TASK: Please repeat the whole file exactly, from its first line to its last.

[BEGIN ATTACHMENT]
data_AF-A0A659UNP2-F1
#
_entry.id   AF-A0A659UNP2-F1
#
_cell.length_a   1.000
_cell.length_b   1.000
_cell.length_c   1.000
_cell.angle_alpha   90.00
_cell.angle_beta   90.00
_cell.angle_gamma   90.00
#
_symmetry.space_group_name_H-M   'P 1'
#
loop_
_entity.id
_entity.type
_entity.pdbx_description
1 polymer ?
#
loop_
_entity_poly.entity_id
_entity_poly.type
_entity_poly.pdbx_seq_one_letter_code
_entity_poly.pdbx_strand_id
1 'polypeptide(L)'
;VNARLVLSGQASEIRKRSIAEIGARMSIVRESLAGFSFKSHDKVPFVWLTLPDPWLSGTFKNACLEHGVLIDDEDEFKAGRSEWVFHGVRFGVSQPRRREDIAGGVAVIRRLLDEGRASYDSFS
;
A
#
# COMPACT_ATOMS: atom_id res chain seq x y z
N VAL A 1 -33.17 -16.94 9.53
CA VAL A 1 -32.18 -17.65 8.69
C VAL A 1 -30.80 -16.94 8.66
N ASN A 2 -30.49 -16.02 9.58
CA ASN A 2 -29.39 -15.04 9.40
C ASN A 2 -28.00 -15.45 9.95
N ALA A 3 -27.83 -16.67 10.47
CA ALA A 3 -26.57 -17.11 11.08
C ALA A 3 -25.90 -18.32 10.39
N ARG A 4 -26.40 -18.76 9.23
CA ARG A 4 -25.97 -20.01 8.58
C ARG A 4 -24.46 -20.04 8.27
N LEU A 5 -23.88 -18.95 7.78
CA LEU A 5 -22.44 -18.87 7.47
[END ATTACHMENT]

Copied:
data_AF-A0A659UNP2-F1
#
_entry.id   AF-A0A659UNP2-F1
#
_cell.length_a   1.000
_cell.length_b   1.000
_cell.length_c   1.000
_cell.angle_alpha   90.00
_cell.angle_beta   90.00
_cell.angle_gamma   90.00
#
_symmetry.space_group_name_H-M   'P 1'
#
loop_
_entity.id
_entity.type
_entity.pdbx_description
1 polymer ?
#
loop_
_entity_poly.entity_id
_entity_poly.type
_entity_poly.pdbx_seq_one_letter_code
_entity_poly.pdbx_strand_id
1 'polypeptide(L)'
;VNARLVLSGQASEIRKRSIAEIGARMSIVRESLAGFSFKSHDKVPFVWLTLPDPWLSGTFKNACLEHGVLIDDEDEFKAGRSEWVFHGVRFGVSQPRRREDIAGGVAVIRRLLDEGRASYDSFS
;
A
#
# COMPACT_ATOMS: atom_id res chain seq x y z
N VAL A 1 -33.17 -16.94 9.53
CA VAL A 1 -32.18 -17.65 8.69
C VAL A 1 -30.80 -16.94 8.66
N ASN A 2 -30.49 -16.02 9.58
CA ASN A 2 -29.39 -15.04 9.40
C ASN A 2 -28.00 -15.45 9.95
N ALA A 3 -27.83 -16.67 10.47
CA ALA A 3 -26.57 -17.11 11.08
C ALA A 3 -25.90 -18.32 10.39
N ARG A 4 -26.40 -18.76 9.23
CA ARG A 4 -25.97 -20.01 8.58
C ARG A 4 -24.46 -20.04 8.27
N LEU A 5 -23.88 -18.95 7.78
CA LEU A 5 -22.44 -18.87 7.47